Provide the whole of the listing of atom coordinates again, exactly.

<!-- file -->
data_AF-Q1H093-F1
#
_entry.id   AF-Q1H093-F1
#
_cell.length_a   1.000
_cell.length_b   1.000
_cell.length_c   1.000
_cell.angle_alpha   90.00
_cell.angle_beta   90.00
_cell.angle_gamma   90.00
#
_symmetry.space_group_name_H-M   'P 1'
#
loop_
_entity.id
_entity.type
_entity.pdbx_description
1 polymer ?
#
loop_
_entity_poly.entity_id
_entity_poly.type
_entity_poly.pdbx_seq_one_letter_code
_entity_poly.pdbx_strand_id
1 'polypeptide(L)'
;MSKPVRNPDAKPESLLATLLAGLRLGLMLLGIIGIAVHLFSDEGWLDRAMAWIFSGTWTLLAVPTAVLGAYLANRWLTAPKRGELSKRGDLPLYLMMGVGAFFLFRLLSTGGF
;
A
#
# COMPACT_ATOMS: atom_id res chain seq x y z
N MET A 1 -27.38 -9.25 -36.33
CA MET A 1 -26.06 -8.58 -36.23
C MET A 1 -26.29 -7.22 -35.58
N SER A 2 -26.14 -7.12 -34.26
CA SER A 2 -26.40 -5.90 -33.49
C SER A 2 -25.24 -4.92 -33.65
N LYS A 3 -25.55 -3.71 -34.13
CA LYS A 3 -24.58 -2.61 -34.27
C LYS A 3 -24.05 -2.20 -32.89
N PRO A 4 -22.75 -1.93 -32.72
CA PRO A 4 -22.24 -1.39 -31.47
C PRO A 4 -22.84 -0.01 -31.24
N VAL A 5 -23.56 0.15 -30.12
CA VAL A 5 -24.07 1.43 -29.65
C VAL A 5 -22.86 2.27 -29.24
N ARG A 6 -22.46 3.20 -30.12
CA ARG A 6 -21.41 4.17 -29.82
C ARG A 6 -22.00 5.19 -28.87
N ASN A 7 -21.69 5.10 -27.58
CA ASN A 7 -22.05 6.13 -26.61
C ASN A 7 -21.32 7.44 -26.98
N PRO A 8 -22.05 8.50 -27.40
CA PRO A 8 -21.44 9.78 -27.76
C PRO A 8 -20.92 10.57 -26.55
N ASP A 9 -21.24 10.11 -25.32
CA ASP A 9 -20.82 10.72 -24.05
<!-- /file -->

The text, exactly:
data_AF-Q1H093-F1
#
_entry.id   AF-Q1H093-F1
#
_cell.length_a   1.000
_cell.length_b   1.000
_cell.length_c   1.000
_cell.angle_alpha   90.00
_cell.angle_beta   90.00
_cell.angle_gamma   90.00
#
_symmetry.space_group_name_H-M   'P 1'
#
loop_
_entity.id
_entity.type
_entity.pdbx_description
1 polymer ?
#
loop_
_entity_poly.entity_id
_entity_poly.type
_entity_poly.pdbx_seq_one_letter_code
_entity_poly.pdbx_strand_id
1 'polypeptide(L)'
;MSKPVRNPDAKPESLLATLLAGLRLGLMLLGIIGIAVHLFSDEGWLDRAMAWIFSGTWTLLAVPTAVLGAYLANRWLTAPKRGELSKRGDLPLYLMMGVGAFFLFRLLSTGGF
;
A
#
# COMPACT_ATOMS: atom_id res chain seq x y z
N MET A 1 -27.38 -9.25 -36.33
CA MET A 1 -26.06 -8.58 -36.23
C MET A 1 -26.29 -7.22 -35.58
N SER A 2 -26.14 -7.12 -34.26
CA SER A 2 -26.40 -5.90 -33.49
C SER A 2 -25.24 -4.92 -33.65
N LYS A 3 -25.55 -3.71 -34.13
CA LYS A 3 -24.58 -2.61 -34.27
C LYS A 3 -24.05 -2.20 -32.89
N PRO A 4 -22.75 -1.93 -32.72
CA PRO A 4 -22.24 -1.39 -31.47
C PRO A 4 -22.84 -0.01 -31.24
N VAL A 5 -23.56 0.15 -30.12
CA VAL A 5 -24.07 1.43 -29.65
C VAL A 5 -22.86 2.27 -29.24
N ARG A 6 -22.46 3.20 -30.12
CA ARG A 6 -21.41 4.17 -29.82
C ARG A 6 -22.00 5.19 -28.87
N ASN A 7 -21.69 5.10 -27.58
CA ASN A 7 -22.05 6.13 -26.61
C ASN A 7 -21.32 7.44 -26.98
N PRO A 8 -22.05 8.50 -27.40
CA PRO A 8 -21.44 9.78 -27.76
C PRO A 8 -20.92 10.57 -26.55
N ASP A 9 -21.24 10.11 -25.32
CA ASP A 9 -20.82 10.72 -24.05